MEOW WOLF REVEALS BAG OF TRICKS

The name “Meow Wolf” brings to mind a sense of two disparate ideas or impulses bring brought together, like a portmanteau or mashup. The call of a domesticated animal, perhaps, that lures you in close enough for you to discover that it is actually a wild creature. And it doesn’t bark (because that would be too obvious) but this sly wolf definitely adds bite to the reality you thought you knew. Although “Meow Wolf” was drawn out of a hat, this multimedia art collective has certainly been living up to its trickster name.

Founded in 2008, Meow Wolf started out as the name of a venue, but eventually referred to the group of creative collaborators that emerged out of that space. Since then, Meow Wolf has brought many installations to life, turning ordinary spaces into whimsical, kaleidoscopic environments that invite visitors to become part of their colorful ecosystems.

In 2012, OmegaMart (which the Black Rock Arts Foundation helped to fund) stealthily made its way into Santa Fe. What may have appeared to be just the new store on the block was actually this group of artists setting up shop and masquerading as store representatives.

OmegaMart

OmegaMart, Photo courtesy of the artists

To get the word out, the store’s representatives sent press releases to newspapers, met with radio outlets and even ran full-page advertisements through a local culture publication. A website also fueled OmegaMart’s presence by featuring profiles of executives, testimonials and product information – all fictional, of course, but not any more absurd than the consumerist culture that OmegaMart playfully sought to critique.

Unsuspecting shoppers who decided to set foot in OmegaMart were in for a surprise, finding themselves amidst shelves stocked with unusual products, such as cereal boxes labeled as “Honey Clumps of Hmm…,” an avocado-flavored potato snack called “Shrubs,” and canisters containing “Organic Rabbit Shards.” Although some customers were delighted by this strange scenario, others responded with confusion that quickly turned into cynicism. (A few even darted away.) BRAF asked Vince Kadlubek, one of Meow Wolf’s founders, why he thought customers reacted in this manner. Kadlubek said:

“Consumerism is a therapeutic consistency in people’s lives. Messing around with it is like venturing into the comforts of some people’s homes, invading a space that they use to digest the hardships of reality. Not to mention, there is a general skittishness surrounding art in general. It’s  [considered to be] ‘weird’ and ‘pointless’. Many of these people would ask us, ‘Why did you do this?’ and almost be disgusted when we’d respond ‘Just to do it’.

The shopping market is a safe zone that, when manipulated, bothers some people’s stabilization of their lives.”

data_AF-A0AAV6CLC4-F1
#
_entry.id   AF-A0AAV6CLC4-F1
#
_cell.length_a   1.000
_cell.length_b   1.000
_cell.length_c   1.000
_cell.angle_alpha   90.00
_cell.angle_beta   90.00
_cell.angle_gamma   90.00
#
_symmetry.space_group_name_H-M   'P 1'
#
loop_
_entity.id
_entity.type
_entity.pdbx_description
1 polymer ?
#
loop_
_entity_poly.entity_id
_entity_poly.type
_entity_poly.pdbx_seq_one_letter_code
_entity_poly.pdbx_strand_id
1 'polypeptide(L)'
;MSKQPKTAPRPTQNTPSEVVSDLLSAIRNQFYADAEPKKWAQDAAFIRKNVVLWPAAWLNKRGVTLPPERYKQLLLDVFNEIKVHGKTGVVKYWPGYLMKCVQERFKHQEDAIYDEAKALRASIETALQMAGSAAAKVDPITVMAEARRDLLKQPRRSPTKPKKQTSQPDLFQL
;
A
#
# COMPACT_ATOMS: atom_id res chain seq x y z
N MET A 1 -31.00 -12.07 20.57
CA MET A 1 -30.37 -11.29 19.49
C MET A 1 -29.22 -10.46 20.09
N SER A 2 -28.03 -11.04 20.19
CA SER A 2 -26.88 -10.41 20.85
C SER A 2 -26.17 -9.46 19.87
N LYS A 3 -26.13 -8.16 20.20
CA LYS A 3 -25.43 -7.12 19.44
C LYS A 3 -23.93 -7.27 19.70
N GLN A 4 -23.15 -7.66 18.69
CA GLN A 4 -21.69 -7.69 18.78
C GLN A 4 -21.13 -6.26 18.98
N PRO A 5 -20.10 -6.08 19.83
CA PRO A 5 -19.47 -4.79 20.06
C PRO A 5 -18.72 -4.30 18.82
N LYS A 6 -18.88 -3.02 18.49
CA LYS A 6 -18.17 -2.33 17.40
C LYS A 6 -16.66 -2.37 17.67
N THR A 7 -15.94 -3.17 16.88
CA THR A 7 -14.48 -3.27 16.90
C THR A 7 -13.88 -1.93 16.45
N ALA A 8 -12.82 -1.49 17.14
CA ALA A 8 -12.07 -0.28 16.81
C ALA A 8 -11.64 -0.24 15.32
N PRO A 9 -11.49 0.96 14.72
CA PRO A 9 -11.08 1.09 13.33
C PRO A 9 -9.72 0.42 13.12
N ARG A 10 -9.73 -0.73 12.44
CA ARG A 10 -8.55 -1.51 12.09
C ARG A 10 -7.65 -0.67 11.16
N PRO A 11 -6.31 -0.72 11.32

OmegaMart

OmegaMart, Photo courtesy of the artists

Of course, OmegaMart was anything but an arbitrary act, although some consumers failed to pick up on its cunningly contrived irony. The store was strategically placed in the middle of town rather than in the arts district, so that residents of Santa Fe who did not typically attend art were more likely to stumble upon this bizarre social experiment. Behind-the-scenes, Meow Wolf collaborated with elementary school kids to create the peculiar products on display in the store.

OmegaMart was not Meow Wolf’s first gesture of extending its reach beyond frequent artgoers. In 2011, Meow Wolf’s constructed a giant interdimensional ship, complete with a back story and a crew, which left an otherwordly impression on the general population just as much as it rocked the art world.  Ambitious in both scale and scope, Meow Wolf’s spectacular schemes have ranged from two participants to over a hundred:

“Our work has maintained the value of collaboration . . . while continually improving aesthetically and becoming better realized upon completion,” said Kadlubek. “We will always enjoy color, maximalism, and fun. We are growing up though, looking to produce work that is engaging from an contemporary art point of view while still being entertainment for a general population.”

Although OmegaMart is no longer open for business, Meow Wolf continues to disrupt the quotidian landscape with their flamboyantly provocative productions. Through Chimera, Meow Wolf’s educational outreach program, more Santa Fe public school students are being taught media literacy and design skills. Recently, Chimera has been working with a group of high school students to create an immersive installation from scratch at the Albuquerque Museum of Art and History.

“The future of Meow Wolf will be permanent, immersive art experiences that are sustainable through door admissions,” said Kadlubek. “Think Disneyland without the rides, and with much more raw, un-polished energy. We believe that we have creations that people will want to visit for the rest of their lives.”

Meow Wolf has a show opening in Chicago with Thomas Robertello on September 6th.

Follow Meow Wolf on Facebook, or check out their website.

This post was written by Denise Li, BRAF’s Social Media Intern.


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